University Shows How Racial Tensions Can Be Healed Through God

Students and faculty at Arizona Christian University recently lived out Dr. Martin Luther King Jr.’s dream of different races working, praying and struggling together to live up to the nation’s highest ideals.
ACU president Len Munsil told the roughly 200 people gathered Friday for the unity walk and prayer meeting that the event came about through the initiative of students who approached him to talk about the current racial tensions in the country and how to best address them as a student body.
“We had an amazing time together and it just was so obvious, I think, for those of us that were in the room, that God is doing something here that is unique and special,” Munsil said.
“And we have the ability here at Arizona Christian University to do things that really, really matter. We know that the fervent, effectual prayer of a righteous people avails much,” he added, referencing a well-known passage from the Bible’s book of James.
Friday’s event began with some of ACU’s students walking arm-in-arm across campus, which is located in Glendale, near Phoenix. 
Following the unity walk, campus pastor Dr. Jason Hubbard presided over a prayer meeting.
Some topics included racism, forgiveness, reconciliation, unity and healing.
Each subject began with someone leading the entire gathering in prayer, and then everyone breaking up into small groups to further pray about the issue.
Before launching into their petitions, those assembled received a copy of a statement put together by both students and school leadership, which attendees all read in unison.
“Acts 17:26 teaches us that from one man — on race, one blood — come all peoples and nations of the world. The students, staff, faculty and administration of Arizona Christian University stand #unitedinprayer to end racism, injustice and unequal treatment based on race,” the statement read.
“We mutually pledge to ‘love one another’ as brothers and sisters in Christ, without regard to race or ethnicity. At ACU, we seek to demonstrate to the world that unity and reconciliation is possible through shared faith in Jesus Christ.”

Junior Jazmin Garven then sang a song she wrote following the death of George Floyd and the subsequent protests and riots.
The first verse of “Sounds of Innocence” spoke to the pain and loss Floyd’s daughter felt upon learning she no longer had a father, while the second verse addressed the same pain experienced by the children of police officers who die in the line of duty.
The final verse pointed to the hope and healing that only Christ can bring to those who’ve known injustice and loss, because he is a savior acquainted with grief.
Tanya Mihailov — whose daughter attends ACU — led the group in prayer for forgiveness and reconciliation with their fellow man and for people not in a relationship with God to be reconciled to him.
“You saved us Lord, not just that we as individuals could be in a saved club,” she prayed.
“But to leave us here for a season so that we can impact this world for your kingdom and show nonbelievers what a citizen of your kingdom should look like and call them to be reconciled with you,” the Naval Academy graduate added.
Bryce Mackey, a senior on the ACU football team, offered a prayer for unity.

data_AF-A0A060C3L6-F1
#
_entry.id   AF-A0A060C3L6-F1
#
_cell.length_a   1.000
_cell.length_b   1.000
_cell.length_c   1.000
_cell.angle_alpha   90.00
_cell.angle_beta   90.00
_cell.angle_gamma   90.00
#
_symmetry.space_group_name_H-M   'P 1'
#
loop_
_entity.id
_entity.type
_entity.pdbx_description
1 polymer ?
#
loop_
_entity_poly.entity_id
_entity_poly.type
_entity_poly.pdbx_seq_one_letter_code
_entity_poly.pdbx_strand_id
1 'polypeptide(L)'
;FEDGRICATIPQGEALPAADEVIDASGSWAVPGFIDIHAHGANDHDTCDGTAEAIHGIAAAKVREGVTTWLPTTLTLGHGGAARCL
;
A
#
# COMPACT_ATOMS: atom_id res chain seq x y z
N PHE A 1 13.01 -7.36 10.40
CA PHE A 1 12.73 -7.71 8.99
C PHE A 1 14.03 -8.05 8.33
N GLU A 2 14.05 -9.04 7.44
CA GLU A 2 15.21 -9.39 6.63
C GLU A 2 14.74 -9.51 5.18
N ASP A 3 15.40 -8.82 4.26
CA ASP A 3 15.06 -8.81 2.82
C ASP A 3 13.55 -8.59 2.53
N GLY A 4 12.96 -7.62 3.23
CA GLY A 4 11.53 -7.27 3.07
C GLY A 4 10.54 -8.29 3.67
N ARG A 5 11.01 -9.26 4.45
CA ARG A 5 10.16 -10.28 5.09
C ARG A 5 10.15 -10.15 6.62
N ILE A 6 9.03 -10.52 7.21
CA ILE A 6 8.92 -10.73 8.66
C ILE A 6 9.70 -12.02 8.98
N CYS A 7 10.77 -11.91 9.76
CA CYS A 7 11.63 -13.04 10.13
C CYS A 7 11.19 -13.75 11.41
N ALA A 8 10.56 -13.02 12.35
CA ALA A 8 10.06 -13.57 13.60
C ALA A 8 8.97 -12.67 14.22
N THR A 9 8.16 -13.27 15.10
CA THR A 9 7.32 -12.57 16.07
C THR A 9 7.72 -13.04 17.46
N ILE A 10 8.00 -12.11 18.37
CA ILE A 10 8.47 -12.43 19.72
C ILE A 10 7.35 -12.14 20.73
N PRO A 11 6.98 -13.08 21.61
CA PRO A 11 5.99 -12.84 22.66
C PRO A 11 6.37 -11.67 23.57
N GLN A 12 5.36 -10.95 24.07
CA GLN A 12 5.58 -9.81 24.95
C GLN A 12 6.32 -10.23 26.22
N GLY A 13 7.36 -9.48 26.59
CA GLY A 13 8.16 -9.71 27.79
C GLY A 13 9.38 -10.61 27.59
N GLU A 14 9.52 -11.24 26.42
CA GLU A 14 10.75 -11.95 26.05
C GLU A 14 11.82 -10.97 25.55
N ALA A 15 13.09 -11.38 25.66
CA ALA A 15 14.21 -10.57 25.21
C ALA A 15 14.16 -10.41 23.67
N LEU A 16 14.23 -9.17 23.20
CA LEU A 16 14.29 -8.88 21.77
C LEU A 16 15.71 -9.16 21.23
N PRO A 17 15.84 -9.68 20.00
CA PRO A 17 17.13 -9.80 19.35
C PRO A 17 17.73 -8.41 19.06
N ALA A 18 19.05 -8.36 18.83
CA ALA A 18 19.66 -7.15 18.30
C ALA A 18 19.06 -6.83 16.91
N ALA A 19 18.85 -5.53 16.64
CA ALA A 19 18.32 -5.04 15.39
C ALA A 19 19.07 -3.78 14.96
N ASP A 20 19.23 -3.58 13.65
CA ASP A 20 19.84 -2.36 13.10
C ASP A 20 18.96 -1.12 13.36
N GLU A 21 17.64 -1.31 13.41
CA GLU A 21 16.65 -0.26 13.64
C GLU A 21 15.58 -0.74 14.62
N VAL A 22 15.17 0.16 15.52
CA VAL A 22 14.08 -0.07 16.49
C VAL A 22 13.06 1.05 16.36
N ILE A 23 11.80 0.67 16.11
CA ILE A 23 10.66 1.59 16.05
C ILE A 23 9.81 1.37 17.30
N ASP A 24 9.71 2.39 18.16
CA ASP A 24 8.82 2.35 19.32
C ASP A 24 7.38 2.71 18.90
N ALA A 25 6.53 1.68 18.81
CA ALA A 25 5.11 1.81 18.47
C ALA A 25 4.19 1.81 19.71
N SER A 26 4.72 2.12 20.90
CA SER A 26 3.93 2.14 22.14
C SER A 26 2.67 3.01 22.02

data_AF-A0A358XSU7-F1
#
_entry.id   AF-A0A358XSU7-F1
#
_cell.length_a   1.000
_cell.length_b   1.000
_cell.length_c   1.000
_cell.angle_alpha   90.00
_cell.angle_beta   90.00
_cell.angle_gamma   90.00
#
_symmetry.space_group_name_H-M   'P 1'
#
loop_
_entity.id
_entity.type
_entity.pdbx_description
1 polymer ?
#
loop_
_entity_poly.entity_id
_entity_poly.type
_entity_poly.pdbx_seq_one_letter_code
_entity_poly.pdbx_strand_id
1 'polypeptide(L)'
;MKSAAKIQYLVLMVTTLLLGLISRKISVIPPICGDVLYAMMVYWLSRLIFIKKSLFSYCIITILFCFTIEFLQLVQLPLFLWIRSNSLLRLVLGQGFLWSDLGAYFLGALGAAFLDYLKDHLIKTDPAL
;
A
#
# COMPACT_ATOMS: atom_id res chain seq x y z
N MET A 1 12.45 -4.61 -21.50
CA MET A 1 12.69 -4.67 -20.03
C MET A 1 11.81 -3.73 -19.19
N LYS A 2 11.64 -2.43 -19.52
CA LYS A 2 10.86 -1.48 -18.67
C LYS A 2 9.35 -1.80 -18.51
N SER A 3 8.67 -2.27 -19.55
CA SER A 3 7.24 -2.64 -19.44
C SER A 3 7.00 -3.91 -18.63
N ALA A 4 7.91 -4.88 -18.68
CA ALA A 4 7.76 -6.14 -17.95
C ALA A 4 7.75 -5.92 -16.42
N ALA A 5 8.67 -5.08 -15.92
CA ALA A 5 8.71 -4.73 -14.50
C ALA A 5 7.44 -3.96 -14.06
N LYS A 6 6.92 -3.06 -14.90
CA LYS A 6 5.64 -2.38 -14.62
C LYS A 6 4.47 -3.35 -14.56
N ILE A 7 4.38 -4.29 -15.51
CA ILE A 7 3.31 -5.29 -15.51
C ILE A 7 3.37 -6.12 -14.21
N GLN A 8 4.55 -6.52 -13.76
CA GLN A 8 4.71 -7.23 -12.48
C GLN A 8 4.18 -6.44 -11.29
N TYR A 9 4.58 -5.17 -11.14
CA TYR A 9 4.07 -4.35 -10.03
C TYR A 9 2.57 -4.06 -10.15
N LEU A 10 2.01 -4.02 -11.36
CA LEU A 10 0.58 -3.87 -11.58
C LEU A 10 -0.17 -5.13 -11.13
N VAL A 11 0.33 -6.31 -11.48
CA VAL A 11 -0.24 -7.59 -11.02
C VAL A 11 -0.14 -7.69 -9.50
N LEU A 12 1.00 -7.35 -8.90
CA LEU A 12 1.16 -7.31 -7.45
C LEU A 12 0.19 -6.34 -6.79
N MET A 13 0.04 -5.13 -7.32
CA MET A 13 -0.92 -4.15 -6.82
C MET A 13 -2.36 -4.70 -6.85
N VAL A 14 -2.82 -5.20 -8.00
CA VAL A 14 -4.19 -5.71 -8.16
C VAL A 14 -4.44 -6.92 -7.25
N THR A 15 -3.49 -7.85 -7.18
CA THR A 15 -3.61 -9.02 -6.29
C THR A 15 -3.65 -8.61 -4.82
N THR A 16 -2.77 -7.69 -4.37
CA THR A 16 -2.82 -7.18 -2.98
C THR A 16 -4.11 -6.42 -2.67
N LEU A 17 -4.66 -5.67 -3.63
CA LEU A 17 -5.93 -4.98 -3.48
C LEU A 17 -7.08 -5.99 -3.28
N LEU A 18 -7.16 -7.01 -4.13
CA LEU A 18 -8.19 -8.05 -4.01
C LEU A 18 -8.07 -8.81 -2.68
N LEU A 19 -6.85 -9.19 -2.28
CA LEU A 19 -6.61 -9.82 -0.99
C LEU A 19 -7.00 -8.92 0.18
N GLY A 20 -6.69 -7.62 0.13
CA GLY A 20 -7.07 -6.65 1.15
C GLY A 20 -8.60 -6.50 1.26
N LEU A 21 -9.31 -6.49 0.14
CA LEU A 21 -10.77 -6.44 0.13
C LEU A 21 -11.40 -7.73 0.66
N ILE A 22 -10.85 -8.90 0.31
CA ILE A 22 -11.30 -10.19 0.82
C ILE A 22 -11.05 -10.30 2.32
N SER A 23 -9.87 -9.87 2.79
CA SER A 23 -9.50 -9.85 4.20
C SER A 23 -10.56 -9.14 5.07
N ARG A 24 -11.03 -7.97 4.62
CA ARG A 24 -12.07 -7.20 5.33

“God, I pray that you rain down your power, your glory and your love for us, God, as we sing, ‘Holy, holy, holy,’ oh God. God, we are unified as one through you,” he prayed, in part.
Transformational coach Randy Chambers, who works with the sports teams on campus, lifted up a prayer for the nation’s healing, drawing from a biblical passage Ronald Reagan placed his hand on when being sworn in as president in 1981: 2 Chronicles 7:14.
“Your word says that ‘If my people who are called by my name will humble themselves and pray and seek my face and turn from their wicked ways, then I will hear from Heaven. I will forgive their sin and I will heal their land.’ We pray for healing on this land,” Chambers said.
Chambers also pulled from the book of Jeremiah 33, saying: “[God’s] seen our ways, but he will heal us.
“He will guide us and restore comfort,” he said, before again citing scripture: “I will bring health and healing. I will heal my people, and will let them enjoy abundant peace and security.”
The prayer assembly ended with everyone forming a circle around a statue of the globe and singing “Amazing Grace.”
Munsil shared a little history about the tune first, noting it was written by John Newton, who had been a slave trader in the mid-1700s, but whose heart was then changed by God.
Newton would go on to become a pastor and spend the latter years of his life fighting to end slavery in Great Britain.
Santan Smith, a freshman who attended Friday’s unity event, loved it.
“Well, it was phenomenal, a phenomenal experience seeing everyone come together in Christ, acknowledging that he is our savior and that we are one in his body and in him,” he told The Western Journal.
“Really representative of how Christianity brings all of us together, and truly represents unity,” Smith added.
Friend and fellow freshman Elliott Simpson agreed.
“I was glad to see everybody come together and show unity and support for the Black Lives Matter movement,” Simpson told The Western Journal.
“It was good to hear people pray over other people, not only for Black Lives Matter, but just as children of Christ,” the Marine Corps veteran further explained.
“And I just hope it continues and we can just spread this out and reach the world and make it bigger than just ACU.”
University Shows How Racial Tensions Can Be Healed Through God University Shows How Racial Tensions Can Be Healed Through God Reviewed by Your Destination on September 13, 2020 Rating: 5

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